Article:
Analysis of “After You My Dear Alphonse” “After You My Dear Alphonse” is a short story written by Shirley Jackson. It was first printed in 1943 in The New Yorker. The story takes place in the kitchen of a white American mother, about the same time as it is written. The only characters who appear in the text are the mother (Mrs. Wilson), her son Johnny and Johnny’s new black friend Boyd. The protagonist in this story is Mrs. Wilson. It is also a third person narrator from her point of view.
The fact that the mother is white and Boyd is black is an important factor considering this story, as the story is about the prejudices of white people towards black people. When Johnny brings Boyd home with him, the first thing Mrs. Wilson notices is that he is black. As she turned to show Boyd where to sit, she saw he was a Negro boy, smaller than Johnny but about the same age. His arms were loaded with split kindling wood. (p. 1, ll 32, 35)
Her first impression of Boyd is a little black boy, smaller than her own son, even though they are the same age, carrying more wood than he can, standing next to Johnny, who is not helping him. She immediately gets flash backs to back when slavery was legal. “Johnny,” she said, “what did you make Boyd do? What is that wood? ”(p. 1, ll 37, 39) “You shouldn’t let Johnny make you carry all that wood. Sit down now and eat lunch, both of you. ” “Why shouldn’t he carry the wood, mother? It’s his wood. We got it at his place. ” “Johnny,” Mrs.
Wilson said, “go on and eat your lunch. ” (p. 1, ll 45, 54) Mrs. Wilson is quite friendly towards Boyd, however she tries to make him fit into her picture of how a black family is, and jumps to the conclusion that they are poor, living under low standards, that Boyd has a lot of siblings and that his farther must have a tiresome job. “Boyd’s sister is going to work, though. She’s going to be a teacher. ” “That’s a fine attitude for her to have, Boyd. ” Mrs. Wilson restrained an impulse to pat Boyd on the head. “I imagine you’re all very proud of her? “I guess so,” Boyd said. “What about all your other brothers and sisters? I guess all of you want to make just as, much of yourself as you can. ” “There’s only me and Jean. ” Boyd said. (p. 2, ll 12, 23) There are loads of quotes like this one in the text that show that the mother, as mentioned before, has a lot of prejudices against Boyd and his family because of the color of his skin. Johnny, however, does not even pay attention to the fact that Boyd is black. They are from two kinds of generations, and live in two different worlds.
One where there has always been a difference between black and white and one where that concept does not even exist. It is not that Mrs. Wilson is a racist or a bad person, but it is just difficult for her to understand, that the times are changing. A black family can do just as fine as a white family. “Does he (Boyd’s father) . . . work? ” “Sure,” Johnny said, “Boyd’s father works in a factory. ” “There, you see? ” Mrs. Wilson said. “And he certainly has to be strong to do that – all that lifting and carrying at a factory. ” “Boyd’s father doesn’t have to. Johnny said. “He’s a foreman. ” Mrs. Wilson felt defeated. “What does your mother do, Boyd? ” “My mother? ” Boyd was surprised. “She takes care of us kids. “Oh, she doesn’t work, then”. “Why should she? ” Johnny said through a mouthful of eggs. “You don’t work. ” “You really don’t want any stewed tomatoes, Boyd? ” (p. 1, l 91- p. 2 l 8) The reason Mrs. Wilson chooses to ignore Johnny’s last statement of her, which is something she often does whenever she does not know what to say, is that she finds herself not too far away from Boyd’s mother.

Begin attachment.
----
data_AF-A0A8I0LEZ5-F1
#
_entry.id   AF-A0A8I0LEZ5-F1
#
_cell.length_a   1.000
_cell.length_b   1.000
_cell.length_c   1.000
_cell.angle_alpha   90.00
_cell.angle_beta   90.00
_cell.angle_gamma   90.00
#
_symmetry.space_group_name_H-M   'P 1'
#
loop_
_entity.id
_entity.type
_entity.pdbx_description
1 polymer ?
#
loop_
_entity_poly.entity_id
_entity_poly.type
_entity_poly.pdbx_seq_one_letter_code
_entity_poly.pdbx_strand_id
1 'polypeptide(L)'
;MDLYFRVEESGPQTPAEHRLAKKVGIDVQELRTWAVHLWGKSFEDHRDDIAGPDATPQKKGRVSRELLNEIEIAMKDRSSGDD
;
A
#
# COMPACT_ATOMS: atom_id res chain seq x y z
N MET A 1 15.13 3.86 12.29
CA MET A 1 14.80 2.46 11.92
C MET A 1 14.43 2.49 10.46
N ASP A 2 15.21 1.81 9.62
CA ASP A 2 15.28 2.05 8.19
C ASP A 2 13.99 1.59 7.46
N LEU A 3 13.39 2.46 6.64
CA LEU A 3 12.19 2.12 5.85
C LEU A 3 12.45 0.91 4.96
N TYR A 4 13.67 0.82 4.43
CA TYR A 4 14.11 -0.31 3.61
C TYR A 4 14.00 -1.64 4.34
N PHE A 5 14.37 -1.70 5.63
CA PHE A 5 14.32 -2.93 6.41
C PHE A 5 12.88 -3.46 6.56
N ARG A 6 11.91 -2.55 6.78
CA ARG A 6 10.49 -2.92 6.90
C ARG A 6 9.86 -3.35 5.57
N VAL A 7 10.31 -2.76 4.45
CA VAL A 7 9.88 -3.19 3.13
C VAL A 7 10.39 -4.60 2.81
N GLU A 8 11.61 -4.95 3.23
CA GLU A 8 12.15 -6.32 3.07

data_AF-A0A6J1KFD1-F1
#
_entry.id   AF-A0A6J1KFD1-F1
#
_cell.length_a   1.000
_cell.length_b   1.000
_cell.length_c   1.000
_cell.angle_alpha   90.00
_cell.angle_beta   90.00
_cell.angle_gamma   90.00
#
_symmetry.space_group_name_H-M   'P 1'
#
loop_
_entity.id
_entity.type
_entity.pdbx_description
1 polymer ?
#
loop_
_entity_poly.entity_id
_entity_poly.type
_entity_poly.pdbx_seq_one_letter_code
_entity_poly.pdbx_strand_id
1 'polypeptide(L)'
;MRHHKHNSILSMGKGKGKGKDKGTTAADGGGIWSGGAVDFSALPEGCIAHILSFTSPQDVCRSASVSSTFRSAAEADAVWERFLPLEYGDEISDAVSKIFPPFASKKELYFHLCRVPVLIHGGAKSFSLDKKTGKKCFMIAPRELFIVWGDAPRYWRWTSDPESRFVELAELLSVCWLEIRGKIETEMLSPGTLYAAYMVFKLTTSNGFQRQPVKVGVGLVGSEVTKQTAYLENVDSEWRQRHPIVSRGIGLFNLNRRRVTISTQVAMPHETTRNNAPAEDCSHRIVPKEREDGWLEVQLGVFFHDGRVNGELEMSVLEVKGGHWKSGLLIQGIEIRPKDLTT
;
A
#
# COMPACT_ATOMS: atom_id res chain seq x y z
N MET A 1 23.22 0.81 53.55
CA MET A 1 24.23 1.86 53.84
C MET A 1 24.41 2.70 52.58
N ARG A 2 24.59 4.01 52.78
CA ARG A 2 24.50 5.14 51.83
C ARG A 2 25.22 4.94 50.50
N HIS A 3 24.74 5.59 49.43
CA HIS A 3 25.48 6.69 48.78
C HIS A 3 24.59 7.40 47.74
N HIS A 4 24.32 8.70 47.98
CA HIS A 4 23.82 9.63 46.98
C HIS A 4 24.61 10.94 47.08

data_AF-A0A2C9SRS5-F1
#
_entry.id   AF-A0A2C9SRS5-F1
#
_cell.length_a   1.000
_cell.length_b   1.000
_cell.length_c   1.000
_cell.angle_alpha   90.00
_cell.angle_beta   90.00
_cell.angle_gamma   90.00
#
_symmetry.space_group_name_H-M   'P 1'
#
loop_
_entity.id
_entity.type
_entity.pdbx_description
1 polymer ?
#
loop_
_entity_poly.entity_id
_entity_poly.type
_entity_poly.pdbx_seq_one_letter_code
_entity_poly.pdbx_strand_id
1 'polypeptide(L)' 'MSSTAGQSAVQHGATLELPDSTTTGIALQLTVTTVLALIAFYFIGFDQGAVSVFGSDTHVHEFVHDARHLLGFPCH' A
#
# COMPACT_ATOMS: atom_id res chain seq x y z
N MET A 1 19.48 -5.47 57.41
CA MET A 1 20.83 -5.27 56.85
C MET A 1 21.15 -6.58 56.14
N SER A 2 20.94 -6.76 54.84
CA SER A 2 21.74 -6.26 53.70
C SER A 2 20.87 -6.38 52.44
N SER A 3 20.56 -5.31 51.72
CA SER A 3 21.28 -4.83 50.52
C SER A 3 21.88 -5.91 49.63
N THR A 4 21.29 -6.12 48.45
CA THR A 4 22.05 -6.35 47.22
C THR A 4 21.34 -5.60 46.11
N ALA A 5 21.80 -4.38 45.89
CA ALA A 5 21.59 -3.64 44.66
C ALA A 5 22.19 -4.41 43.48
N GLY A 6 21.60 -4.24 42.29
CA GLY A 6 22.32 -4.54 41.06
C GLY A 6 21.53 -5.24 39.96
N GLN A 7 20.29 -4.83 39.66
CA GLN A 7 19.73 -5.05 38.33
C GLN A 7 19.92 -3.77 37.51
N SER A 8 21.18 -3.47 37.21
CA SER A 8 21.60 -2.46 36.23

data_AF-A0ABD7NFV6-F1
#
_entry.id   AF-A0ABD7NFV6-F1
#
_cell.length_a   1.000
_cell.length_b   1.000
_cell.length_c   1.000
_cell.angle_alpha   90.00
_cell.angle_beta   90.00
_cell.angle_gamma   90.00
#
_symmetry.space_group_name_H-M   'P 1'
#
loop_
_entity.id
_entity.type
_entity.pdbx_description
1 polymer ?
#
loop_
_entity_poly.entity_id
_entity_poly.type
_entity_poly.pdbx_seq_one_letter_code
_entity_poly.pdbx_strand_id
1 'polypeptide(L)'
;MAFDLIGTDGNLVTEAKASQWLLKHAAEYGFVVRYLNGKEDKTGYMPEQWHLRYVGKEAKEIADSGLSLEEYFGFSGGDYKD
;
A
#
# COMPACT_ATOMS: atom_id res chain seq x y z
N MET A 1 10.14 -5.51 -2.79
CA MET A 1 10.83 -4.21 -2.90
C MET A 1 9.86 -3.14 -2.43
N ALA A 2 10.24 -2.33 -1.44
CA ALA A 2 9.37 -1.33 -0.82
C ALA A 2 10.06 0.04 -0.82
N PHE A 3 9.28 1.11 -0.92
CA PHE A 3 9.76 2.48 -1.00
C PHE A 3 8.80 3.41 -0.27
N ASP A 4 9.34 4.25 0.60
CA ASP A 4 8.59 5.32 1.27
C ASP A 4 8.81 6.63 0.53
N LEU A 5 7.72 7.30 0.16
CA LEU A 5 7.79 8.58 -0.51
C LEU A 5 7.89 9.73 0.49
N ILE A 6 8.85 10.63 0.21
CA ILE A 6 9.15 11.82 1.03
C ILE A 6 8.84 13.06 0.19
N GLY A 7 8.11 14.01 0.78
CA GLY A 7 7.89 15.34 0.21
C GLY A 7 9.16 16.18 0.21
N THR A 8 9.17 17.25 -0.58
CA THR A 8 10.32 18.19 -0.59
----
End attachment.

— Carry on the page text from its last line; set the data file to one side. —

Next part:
Maybe they are not that different after all. “Boyd don’t eat tomatoes, do you, Boyd? ” Johnny said. “Doesn’t eat tomatoes, Johnny. And just because you don’t like them, don’t say that about Boyd. Boyd will eat Anything. ” (p. 1, ll 74, 78) Mrs. Wilson does not like when Johnny says “don’t” instead of “doesn’t”, in the present of company because she wants to show, broadly speaking, how much better her family is than Boyd’s, which implies speaking correctly. Even though she feels sorry for Boyd, she still hopes that she is right in her convictions of him.
In a way it makes her feel better about herself. She cannot understand the idea of his family being richer/better than hers, which actually might be the case. So even though everything tells her otherwise throughout the whole story, she keeps suggesting that Boyd’s family is the way she imagines, and she hopes that at least some of her prejudices are true. This ends out in the high point of the story, which is when Mrs. Wilson offers Boyd some of Johnny’s old clothes, despites all the signs which should have made her sense that Boyd’s family were doing just fine.
Any other person would find it very insulting, but since Boyd is just a kid, he does not pick up that she is suspecting him of being poor, just because he is black. The reason she acts the way she does, when Boyd turns down her offer, is that she finally understands that Boyd’s family is doing just as fine as her own. She takes away the gingerbread because she no longer feels that she needs to help him and definitely not if he is even better off than she is. She is neither angry nor disappointed, in spite of what she says, but embarrassed.
The phrase after you my dear Alphonse is, in this story, a symbol of equality. The phrase was originally used in an American comic strip, named Alphonse and Gaston. Alphonse and Gaston were both very polite and they both insisted on letting the other precede him. The fact that Johnny and Boyd keep saying that to each other means that they see each other as equal. Boyd does not care that Johnny is white, and Johnny does not care that Boyd is black. It does not matter. In conclusion is the theme of the story therefore equality and that the times are changing.